By the way, if your aim is to get video of the curvature of the earth, the edge of the atmosphere, and a black and starry sky, you really want to get to 70,000' or more where it starts to be really apparent. Weather balloons routinely get to 100,000' or more with a payload, and a modest budget, an altitude thats extremely difficult to achieve with rockets at the hobby-amateur scale, and only with great expense, and a lot of luck.;)
 

bobkrech

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It was suggested I post this question here:

We are wanting to launch a payload, hopefully less than 10lbs. None of us has formal training in this field but are educated in other areas (like bio, law, etc).

How do we determine the necessary thrust/SI (and thereby figure out what sort of motor we'll need to buy/build?) to reach our goal? Assume we know the weight of the payload and our target speed and/or altitude?

Appreciate any advice, and especially the necessary equation! I'm sure we'll be back with questions about motors once we figure out whether this is feasible and what our thrust requirements are. Thanks!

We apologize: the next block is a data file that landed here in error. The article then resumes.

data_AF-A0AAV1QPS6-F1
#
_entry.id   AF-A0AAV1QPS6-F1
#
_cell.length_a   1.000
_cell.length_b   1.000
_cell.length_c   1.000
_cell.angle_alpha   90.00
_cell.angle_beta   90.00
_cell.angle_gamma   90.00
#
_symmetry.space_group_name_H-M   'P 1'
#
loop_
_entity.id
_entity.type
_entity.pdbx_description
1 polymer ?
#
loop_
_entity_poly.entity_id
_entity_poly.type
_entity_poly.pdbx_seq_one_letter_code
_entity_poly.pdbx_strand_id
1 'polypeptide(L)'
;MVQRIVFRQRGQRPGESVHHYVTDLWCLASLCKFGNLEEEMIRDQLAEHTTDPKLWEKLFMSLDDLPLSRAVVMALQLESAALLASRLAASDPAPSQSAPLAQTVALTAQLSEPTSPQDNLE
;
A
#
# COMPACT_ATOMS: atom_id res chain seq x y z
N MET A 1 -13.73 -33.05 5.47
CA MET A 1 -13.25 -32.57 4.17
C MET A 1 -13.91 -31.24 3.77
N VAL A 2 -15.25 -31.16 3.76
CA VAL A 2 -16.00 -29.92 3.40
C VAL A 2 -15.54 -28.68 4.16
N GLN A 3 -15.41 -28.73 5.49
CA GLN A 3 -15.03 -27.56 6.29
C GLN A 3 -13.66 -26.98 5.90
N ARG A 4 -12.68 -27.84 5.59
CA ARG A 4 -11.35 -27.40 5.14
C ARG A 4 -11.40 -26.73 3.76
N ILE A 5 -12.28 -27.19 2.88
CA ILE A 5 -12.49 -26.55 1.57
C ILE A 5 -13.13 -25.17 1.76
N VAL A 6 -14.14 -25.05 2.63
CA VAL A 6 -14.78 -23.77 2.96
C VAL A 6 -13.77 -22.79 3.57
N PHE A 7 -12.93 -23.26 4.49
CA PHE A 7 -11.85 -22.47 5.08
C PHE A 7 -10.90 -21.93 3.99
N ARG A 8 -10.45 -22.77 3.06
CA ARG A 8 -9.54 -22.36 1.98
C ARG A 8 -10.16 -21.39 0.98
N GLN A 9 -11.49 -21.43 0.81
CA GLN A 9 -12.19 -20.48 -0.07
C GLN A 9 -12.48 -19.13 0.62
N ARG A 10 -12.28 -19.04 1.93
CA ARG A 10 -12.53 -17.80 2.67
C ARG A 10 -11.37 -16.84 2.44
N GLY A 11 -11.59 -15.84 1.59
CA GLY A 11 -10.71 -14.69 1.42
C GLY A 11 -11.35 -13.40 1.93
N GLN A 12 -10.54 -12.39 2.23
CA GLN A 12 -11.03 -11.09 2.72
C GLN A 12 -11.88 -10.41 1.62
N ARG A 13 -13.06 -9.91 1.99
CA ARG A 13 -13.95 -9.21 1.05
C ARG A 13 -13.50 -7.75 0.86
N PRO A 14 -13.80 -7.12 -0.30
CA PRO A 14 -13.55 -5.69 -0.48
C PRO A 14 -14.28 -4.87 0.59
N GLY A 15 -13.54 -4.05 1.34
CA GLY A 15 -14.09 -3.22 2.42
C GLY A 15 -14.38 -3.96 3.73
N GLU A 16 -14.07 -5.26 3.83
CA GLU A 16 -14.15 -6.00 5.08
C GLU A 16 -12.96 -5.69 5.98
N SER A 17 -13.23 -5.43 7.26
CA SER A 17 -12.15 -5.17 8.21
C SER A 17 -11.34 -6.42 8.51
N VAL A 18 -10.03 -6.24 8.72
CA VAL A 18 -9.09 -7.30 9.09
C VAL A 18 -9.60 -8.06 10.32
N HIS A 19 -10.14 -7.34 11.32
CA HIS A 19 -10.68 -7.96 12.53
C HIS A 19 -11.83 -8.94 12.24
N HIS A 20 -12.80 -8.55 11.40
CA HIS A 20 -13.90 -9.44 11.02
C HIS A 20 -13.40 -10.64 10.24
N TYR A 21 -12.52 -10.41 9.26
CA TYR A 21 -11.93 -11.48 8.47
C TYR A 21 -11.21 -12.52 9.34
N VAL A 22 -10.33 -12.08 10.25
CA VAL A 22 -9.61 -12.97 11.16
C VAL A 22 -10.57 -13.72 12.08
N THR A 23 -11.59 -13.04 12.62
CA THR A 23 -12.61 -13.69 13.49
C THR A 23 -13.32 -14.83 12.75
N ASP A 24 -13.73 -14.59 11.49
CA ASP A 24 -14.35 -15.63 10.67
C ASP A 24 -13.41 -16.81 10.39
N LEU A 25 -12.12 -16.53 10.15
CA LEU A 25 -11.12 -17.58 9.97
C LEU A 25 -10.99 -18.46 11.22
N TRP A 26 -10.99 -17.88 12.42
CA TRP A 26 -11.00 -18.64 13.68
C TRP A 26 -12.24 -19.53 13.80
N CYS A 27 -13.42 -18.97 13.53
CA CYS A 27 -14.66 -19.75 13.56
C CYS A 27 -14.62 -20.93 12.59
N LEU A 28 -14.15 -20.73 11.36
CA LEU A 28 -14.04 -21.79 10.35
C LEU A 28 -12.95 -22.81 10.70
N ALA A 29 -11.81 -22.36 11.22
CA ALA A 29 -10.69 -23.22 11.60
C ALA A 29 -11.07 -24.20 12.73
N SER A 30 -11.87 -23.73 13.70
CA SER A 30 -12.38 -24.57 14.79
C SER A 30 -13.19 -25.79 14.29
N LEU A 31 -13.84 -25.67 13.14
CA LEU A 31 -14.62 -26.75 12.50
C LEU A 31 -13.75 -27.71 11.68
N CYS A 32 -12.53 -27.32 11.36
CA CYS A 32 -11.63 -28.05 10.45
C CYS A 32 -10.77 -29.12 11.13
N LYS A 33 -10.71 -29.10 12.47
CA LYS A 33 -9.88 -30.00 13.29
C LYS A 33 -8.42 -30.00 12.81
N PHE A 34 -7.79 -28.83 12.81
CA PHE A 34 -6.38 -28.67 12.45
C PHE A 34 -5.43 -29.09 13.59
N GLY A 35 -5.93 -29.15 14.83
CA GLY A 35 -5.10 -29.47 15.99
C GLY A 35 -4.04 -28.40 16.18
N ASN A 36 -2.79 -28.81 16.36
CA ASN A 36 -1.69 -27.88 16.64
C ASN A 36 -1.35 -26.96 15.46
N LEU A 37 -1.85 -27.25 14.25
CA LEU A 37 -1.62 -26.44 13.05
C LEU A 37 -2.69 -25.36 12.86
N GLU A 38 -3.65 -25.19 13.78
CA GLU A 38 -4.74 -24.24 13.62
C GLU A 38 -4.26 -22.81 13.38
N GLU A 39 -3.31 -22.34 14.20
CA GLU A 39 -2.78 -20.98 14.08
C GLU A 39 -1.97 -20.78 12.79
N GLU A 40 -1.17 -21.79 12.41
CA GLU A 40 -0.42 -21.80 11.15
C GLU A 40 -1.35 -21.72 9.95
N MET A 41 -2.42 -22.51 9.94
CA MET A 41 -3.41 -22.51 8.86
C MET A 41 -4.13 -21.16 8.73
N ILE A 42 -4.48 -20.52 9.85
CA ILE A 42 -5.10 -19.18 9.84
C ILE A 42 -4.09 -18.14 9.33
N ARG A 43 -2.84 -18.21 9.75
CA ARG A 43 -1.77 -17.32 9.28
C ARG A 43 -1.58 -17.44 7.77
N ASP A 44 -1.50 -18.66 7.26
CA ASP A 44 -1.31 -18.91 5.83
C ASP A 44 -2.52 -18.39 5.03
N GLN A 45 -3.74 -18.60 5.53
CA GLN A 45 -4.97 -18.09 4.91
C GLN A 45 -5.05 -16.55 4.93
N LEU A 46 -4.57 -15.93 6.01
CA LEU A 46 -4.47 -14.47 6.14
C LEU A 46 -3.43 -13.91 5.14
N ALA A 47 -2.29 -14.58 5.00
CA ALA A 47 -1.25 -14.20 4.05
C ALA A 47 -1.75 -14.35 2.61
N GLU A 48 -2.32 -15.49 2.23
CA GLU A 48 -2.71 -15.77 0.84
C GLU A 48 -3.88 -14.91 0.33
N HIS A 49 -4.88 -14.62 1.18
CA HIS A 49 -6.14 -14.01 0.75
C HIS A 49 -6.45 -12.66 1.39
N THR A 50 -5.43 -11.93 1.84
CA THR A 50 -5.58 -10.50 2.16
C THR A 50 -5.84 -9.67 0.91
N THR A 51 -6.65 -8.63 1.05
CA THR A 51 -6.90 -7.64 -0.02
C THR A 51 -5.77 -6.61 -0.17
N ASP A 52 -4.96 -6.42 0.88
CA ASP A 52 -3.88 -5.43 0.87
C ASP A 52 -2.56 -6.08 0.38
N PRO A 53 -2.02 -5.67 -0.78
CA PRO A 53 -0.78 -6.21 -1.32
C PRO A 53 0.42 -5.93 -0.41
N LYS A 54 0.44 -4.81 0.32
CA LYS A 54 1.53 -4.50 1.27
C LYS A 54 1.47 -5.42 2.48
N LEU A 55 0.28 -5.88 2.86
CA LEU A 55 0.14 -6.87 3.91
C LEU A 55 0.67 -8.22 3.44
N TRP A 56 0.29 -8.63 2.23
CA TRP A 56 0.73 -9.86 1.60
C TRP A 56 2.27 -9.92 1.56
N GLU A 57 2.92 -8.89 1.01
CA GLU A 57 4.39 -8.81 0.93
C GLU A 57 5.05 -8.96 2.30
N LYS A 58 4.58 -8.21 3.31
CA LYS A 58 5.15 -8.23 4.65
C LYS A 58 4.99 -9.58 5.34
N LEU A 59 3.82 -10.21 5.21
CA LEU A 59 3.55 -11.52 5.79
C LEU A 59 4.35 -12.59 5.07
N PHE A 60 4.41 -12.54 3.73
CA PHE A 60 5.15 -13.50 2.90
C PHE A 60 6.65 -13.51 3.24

You need a BATFE explosives permit to purchase a high power rocket motor motors that is capable of launching a 10 pound rocket, and you also need a FAA waiver in order to launch it.

It's a lot simpler to find your local rockety club by going to http://www.nar.org and http://www.tripoli.org and talk to the folks there about what you really need to do your project.

Bob
 

dave carver

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I posted minutes, and I mean minutes, after the first post and it's not here:(

Might be a few bugs left around here :p
 

judo

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We're thinking we'd like to have some flight controls, a good strong transmitter, digital camera, storage (probably flash?), and i guess some rudimentary avionics.
Flight controls and avionics sounds like a guidance system. I don't know if that's even legal. What, exactly, is your payload?

I suggest checking YouTube for rocket videos. Some cameras look out, some down, and some both.
 

Peartree

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If you want to build a rocket, there is a learning curve and certification.

If you only want to loft the package, you could probably work with someone who is already certified.

If you only want the pictures, there are a bunch of folks who have probably already done what you want to do or who could do it with their equipment at the launch of your choice (if the FAA wiaver was high enough) for the cost of a motor.

What is it you really want to do?